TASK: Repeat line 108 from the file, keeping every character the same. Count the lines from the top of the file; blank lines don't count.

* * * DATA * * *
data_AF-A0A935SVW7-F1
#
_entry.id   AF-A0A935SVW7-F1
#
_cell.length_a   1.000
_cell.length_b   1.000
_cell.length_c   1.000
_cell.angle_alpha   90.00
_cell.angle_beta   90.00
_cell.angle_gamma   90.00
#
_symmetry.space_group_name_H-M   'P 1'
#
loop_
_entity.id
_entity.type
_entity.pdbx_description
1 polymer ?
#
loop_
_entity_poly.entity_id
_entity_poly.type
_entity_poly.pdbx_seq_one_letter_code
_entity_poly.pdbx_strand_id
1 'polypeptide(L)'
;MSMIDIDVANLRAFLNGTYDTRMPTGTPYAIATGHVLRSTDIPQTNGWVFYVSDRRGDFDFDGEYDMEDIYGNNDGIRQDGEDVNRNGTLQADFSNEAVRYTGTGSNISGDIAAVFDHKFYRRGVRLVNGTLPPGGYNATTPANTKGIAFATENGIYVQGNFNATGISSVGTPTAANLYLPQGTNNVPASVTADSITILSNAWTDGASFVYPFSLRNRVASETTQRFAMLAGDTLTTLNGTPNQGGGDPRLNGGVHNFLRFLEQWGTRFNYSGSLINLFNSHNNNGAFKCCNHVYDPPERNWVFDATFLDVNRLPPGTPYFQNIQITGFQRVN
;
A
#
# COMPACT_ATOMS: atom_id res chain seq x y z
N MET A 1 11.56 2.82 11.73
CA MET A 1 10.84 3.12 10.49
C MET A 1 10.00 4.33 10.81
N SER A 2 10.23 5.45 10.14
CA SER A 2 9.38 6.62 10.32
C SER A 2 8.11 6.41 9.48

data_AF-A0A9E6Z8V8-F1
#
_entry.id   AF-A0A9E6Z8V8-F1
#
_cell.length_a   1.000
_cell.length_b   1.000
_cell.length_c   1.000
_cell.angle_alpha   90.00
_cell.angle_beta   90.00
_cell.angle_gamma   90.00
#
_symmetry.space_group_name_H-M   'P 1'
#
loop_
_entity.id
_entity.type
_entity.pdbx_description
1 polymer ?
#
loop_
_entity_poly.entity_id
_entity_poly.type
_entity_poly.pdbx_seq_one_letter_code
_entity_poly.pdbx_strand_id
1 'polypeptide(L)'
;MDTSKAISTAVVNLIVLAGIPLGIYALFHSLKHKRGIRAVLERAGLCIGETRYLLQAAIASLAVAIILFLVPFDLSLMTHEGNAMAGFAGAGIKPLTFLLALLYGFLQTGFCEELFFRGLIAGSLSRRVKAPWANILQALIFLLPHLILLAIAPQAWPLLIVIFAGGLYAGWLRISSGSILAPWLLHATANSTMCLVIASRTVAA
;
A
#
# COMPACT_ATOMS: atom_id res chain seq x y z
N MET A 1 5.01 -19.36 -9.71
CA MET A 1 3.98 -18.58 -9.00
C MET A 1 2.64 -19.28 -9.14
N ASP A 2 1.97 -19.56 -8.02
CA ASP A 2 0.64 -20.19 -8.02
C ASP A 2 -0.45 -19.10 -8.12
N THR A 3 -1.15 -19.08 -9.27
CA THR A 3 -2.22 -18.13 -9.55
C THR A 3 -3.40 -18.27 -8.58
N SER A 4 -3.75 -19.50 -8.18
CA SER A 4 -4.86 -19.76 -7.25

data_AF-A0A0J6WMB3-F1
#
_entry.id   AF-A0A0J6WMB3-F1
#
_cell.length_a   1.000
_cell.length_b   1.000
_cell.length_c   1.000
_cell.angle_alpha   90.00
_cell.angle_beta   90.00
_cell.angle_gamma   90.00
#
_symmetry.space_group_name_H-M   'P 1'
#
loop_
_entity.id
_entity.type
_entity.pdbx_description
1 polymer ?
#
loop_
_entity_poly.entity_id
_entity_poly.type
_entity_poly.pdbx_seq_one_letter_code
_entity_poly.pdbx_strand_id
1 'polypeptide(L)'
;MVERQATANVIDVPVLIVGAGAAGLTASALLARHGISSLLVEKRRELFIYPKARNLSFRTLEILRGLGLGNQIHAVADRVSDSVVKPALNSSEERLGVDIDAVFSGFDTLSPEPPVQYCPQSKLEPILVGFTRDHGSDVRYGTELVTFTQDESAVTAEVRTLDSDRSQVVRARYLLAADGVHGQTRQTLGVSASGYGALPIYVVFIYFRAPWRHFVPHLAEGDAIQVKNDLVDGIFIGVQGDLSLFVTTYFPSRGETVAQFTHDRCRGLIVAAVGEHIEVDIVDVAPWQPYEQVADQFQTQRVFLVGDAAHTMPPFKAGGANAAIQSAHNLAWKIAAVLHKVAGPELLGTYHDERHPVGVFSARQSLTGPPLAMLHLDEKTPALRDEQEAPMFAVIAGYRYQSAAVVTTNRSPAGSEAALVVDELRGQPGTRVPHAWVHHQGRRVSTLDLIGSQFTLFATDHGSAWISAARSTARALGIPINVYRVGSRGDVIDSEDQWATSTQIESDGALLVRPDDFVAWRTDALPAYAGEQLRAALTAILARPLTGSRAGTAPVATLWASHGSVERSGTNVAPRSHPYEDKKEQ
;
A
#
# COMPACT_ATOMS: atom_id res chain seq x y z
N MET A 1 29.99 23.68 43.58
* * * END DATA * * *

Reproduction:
N MET A 1 29.99 23.68 43.58